Understanding the Design Thinking for Innovation Process

Posted by Hailey on May 11th, 2021

The COVID-19 pandemic, for all its atrocities and problems, did result in a few positives. Faced with unprecedented challenges and unforeseen obstacles, global citizens found themselves needing to innovate to survive. From the most minor innovations, like how to beat boredom during lockdown, to the largest, like creating multiple vaccines in record time, people used design thinking for innovation to change their cards after being dealt a poor hand.

The process for design thinking for innovation is broken down into five "steps". While steps may imply a set and linear process, design thinking for innovation is not necessarily linear; rather, innovation often requires looping back and to an earlier stage and optimizing based on new information. 

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Understanding the fundamentals of design thinking for innovation may help you with your own thought processes and quests for innovations. Below, we briefly outline each step.


At the genesis of any great idea is inspiration. Drawing inspiration from something is a wholly individual phenomenon that happens naturally; you can't force inspiration. Artists may draw inspiration from a face they see or a scene that plays out in front of them. Similarly, product designers may draw inspiration from a situation they find themselves in.

Inspiration can come from anything, though most often, for products or services; it comes from learning a new bit of information. In recent years, many have been inspired to change their personal behavior after learning about how damaging some consumer products are to the environment. In fact, many new products are services have arisen from this inspiration.


After drawing inspiration from something, you likely will feel as though you have the solution to a problem. But, in more cases than not, your personal biases and preferences are not shared with the greater population. In order to understand what the pain points are for others, designers need to practice empathy.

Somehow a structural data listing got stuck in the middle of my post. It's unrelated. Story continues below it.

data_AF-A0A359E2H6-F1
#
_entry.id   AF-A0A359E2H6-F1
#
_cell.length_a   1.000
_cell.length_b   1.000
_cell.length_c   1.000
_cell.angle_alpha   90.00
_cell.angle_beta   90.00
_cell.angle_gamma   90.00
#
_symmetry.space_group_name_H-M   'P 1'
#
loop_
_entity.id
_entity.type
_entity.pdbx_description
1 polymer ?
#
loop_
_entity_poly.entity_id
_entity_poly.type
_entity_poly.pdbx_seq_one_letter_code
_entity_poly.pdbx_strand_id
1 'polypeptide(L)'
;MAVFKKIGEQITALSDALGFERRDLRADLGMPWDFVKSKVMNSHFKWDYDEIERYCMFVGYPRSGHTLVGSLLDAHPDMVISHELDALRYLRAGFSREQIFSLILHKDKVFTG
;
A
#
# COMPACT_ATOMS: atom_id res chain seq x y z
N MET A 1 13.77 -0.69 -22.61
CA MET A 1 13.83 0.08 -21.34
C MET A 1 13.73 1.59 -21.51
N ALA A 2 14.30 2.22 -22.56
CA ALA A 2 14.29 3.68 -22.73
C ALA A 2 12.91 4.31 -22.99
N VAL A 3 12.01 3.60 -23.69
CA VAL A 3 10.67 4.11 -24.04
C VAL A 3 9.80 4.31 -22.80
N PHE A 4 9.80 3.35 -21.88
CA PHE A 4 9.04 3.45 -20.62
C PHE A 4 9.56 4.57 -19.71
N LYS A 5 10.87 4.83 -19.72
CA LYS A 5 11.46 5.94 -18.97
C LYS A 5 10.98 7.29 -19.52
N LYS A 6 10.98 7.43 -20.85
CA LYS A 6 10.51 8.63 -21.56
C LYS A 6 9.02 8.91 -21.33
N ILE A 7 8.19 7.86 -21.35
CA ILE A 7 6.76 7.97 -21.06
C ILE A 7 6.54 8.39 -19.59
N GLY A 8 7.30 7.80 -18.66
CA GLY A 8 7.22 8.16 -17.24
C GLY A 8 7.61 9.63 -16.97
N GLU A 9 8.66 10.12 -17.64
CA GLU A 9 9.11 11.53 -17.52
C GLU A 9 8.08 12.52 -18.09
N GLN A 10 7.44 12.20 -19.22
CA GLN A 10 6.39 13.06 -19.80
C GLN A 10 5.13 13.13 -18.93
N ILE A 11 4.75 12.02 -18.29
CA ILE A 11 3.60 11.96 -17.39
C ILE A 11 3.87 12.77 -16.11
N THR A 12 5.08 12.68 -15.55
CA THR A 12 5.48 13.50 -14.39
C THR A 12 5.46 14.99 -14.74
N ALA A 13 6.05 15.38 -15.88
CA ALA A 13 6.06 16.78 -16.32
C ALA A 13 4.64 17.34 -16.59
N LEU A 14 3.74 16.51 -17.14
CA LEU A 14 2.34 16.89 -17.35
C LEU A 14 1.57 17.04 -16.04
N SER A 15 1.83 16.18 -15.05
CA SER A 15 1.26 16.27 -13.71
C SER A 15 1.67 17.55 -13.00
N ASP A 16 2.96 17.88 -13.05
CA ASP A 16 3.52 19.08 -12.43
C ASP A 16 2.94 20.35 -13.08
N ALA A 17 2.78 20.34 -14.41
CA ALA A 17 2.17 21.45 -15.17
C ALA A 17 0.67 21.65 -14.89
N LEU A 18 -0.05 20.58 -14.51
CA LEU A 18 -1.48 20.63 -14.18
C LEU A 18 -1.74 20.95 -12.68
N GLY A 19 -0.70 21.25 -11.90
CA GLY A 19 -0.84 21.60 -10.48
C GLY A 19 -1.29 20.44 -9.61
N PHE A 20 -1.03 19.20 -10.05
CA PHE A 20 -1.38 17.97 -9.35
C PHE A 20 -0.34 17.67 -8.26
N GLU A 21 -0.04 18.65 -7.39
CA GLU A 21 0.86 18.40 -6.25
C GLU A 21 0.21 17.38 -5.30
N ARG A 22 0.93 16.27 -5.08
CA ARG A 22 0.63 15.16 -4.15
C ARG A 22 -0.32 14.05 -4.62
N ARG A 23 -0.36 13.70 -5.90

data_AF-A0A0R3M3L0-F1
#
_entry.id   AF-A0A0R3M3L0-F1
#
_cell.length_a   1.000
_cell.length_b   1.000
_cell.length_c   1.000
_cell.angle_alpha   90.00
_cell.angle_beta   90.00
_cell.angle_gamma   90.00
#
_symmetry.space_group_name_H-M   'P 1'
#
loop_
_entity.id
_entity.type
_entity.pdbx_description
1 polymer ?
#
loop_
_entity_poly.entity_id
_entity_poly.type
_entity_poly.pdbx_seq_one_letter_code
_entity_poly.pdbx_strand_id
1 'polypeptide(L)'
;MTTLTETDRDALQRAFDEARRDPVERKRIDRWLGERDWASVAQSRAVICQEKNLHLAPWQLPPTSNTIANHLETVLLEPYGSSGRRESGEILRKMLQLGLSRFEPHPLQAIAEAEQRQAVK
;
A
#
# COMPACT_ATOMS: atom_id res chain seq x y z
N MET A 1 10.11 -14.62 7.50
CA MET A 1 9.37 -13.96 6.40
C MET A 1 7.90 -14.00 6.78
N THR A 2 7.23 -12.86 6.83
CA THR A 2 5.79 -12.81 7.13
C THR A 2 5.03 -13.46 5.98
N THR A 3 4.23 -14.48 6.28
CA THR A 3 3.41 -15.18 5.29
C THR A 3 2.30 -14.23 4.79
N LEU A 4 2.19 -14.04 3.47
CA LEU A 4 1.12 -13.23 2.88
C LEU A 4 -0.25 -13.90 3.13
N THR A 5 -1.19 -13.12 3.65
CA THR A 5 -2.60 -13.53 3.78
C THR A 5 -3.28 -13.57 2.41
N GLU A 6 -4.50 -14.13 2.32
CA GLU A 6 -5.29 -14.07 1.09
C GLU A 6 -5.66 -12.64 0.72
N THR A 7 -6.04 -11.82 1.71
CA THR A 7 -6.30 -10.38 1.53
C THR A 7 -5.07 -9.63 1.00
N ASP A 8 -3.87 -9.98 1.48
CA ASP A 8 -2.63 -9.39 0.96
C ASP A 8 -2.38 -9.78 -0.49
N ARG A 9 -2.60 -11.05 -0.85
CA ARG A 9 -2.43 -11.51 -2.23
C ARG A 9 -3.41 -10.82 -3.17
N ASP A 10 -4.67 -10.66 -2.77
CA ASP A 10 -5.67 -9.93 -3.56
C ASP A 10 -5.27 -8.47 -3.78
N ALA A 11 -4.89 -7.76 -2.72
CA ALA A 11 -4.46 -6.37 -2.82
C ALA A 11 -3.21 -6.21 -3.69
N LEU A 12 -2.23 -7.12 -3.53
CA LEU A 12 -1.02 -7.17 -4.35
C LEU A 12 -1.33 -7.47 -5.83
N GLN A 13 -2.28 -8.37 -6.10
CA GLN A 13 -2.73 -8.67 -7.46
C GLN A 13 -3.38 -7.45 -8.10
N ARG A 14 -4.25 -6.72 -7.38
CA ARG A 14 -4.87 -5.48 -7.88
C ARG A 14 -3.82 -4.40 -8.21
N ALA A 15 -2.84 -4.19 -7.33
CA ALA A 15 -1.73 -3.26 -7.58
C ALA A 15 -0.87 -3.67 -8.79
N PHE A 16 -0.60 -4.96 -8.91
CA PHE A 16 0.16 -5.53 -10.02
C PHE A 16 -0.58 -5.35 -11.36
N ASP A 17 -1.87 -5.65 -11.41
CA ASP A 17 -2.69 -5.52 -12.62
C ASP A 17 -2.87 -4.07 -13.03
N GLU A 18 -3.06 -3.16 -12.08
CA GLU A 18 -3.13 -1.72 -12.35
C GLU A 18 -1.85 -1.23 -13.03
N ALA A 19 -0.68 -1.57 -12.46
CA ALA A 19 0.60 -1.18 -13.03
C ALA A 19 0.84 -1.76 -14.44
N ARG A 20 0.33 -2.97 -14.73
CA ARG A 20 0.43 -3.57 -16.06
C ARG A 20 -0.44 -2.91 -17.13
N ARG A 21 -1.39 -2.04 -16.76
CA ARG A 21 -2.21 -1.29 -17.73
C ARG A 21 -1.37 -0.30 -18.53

Practicing empathy places us in multiple other people's shoes and helps us see and understand different perspectives. Some would argue this is the most critical step in design thinking for innovation, as any product or service's success hinges on its adoption. Take time on this step.


Equipped with inspiration and a sense of understanding, it's time to actualize your thoughts into an idea. 

Take our example earlier about being inspired by the environment. Perhaps after learning that other people want to help the environment but don't have the means to, you realize that designing a ubiquitous consumer product is the way to go. Here your ideas come to life, and you decide on something like household cleaning products since the traditional chemicals are horrible for the environment.

Your idea is accessible and will be adopted.


Ready for trial and error? You need to make your product. In our example, this would be the stage where you work with R&D teams to manufacture prototypes of your cleaning products. 


You won't know if your prototypes are feasible without testing. Continuing our example, here, you would test for cleaning efficacy, packaging preferences from customers and get other feedback after use. 

Depending on the feedback you receive, you will return to one of the previous stages and rebuild with your new information. 

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